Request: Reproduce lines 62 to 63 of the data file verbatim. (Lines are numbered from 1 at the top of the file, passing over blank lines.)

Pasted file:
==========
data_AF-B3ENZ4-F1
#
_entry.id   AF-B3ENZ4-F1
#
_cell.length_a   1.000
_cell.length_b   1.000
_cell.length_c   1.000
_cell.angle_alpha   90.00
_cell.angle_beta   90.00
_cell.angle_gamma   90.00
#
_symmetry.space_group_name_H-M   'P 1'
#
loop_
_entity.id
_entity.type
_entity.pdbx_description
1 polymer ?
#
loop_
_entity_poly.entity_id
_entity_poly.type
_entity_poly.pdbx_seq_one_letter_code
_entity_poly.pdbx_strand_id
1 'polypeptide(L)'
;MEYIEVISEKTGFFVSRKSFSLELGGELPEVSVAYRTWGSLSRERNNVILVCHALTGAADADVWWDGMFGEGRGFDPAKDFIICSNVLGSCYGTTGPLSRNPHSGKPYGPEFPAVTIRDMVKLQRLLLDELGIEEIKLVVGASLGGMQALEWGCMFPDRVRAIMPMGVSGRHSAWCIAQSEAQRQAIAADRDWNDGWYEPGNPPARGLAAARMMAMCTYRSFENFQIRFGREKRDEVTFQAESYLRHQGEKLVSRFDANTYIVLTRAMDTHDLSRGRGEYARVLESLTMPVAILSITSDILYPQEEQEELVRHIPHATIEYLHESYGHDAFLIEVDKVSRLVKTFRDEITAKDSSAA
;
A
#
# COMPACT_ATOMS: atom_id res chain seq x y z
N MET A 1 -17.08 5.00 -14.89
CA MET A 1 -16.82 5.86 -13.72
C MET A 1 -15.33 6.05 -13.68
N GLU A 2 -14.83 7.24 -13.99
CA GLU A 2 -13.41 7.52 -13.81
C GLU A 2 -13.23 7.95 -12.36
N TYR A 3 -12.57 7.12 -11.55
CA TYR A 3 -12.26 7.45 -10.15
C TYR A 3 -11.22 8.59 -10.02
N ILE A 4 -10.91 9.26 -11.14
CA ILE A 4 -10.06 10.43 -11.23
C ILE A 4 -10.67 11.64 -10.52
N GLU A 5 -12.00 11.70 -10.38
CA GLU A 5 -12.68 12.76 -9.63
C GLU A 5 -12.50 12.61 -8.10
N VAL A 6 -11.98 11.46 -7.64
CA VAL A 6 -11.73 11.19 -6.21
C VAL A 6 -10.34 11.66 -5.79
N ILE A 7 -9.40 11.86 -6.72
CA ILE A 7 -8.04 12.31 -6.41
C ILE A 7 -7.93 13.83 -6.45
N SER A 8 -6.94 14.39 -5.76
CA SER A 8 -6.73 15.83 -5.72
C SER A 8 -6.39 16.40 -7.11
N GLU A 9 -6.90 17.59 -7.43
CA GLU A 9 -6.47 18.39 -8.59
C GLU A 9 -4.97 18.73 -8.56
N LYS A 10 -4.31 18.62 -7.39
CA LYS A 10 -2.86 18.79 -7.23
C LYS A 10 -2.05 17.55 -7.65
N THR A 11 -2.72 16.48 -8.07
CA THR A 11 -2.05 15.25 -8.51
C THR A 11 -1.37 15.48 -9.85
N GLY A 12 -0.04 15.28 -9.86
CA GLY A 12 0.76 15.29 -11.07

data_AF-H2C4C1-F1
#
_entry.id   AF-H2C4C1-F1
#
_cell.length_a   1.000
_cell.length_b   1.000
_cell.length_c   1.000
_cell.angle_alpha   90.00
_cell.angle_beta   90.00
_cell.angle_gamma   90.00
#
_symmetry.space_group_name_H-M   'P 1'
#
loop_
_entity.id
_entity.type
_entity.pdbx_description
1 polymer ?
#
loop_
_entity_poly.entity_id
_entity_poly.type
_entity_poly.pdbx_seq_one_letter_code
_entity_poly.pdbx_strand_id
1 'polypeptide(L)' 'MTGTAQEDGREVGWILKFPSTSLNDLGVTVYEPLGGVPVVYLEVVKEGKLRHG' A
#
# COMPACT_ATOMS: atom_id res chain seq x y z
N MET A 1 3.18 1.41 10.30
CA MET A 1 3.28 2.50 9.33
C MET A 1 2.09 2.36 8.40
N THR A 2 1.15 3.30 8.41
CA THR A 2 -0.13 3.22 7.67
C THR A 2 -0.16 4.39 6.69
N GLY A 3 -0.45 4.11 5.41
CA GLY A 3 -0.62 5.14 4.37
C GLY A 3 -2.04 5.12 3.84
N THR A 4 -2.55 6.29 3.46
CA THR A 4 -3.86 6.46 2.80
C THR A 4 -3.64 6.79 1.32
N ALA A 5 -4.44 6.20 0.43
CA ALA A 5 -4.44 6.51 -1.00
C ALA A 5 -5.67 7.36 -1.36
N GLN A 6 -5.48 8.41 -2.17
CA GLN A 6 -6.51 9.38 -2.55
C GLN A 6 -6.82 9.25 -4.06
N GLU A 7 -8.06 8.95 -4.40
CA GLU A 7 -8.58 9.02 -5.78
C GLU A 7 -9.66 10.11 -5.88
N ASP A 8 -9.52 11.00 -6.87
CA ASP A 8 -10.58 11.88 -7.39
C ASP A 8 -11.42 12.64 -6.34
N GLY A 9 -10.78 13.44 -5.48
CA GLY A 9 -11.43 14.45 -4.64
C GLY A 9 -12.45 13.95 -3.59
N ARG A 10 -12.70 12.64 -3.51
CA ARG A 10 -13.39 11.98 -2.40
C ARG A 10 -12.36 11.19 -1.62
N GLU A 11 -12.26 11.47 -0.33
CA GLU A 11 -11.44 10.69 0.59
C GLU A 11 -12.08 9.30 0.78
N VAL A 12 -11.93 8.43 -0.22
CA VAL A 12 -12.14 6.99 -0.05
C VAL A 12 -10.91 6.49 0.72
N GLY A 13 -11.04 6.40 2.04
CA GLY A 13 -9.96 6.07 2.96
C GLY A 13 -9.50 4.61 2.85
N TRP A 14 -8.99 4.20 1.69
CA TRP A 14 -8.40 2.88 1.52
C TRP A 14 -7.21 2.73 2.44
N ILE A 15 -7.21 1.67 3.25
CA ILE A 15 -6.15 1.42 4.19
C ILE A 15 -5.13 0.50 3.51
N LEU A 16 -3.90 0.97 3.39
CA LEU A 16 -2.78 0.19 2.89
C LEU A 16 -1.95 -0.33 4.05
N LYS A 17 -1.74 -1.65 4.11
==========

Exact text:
CA THR A 11 -2.05 15.25 -8.51
C THR A 11 -1.37 15.48 -9.85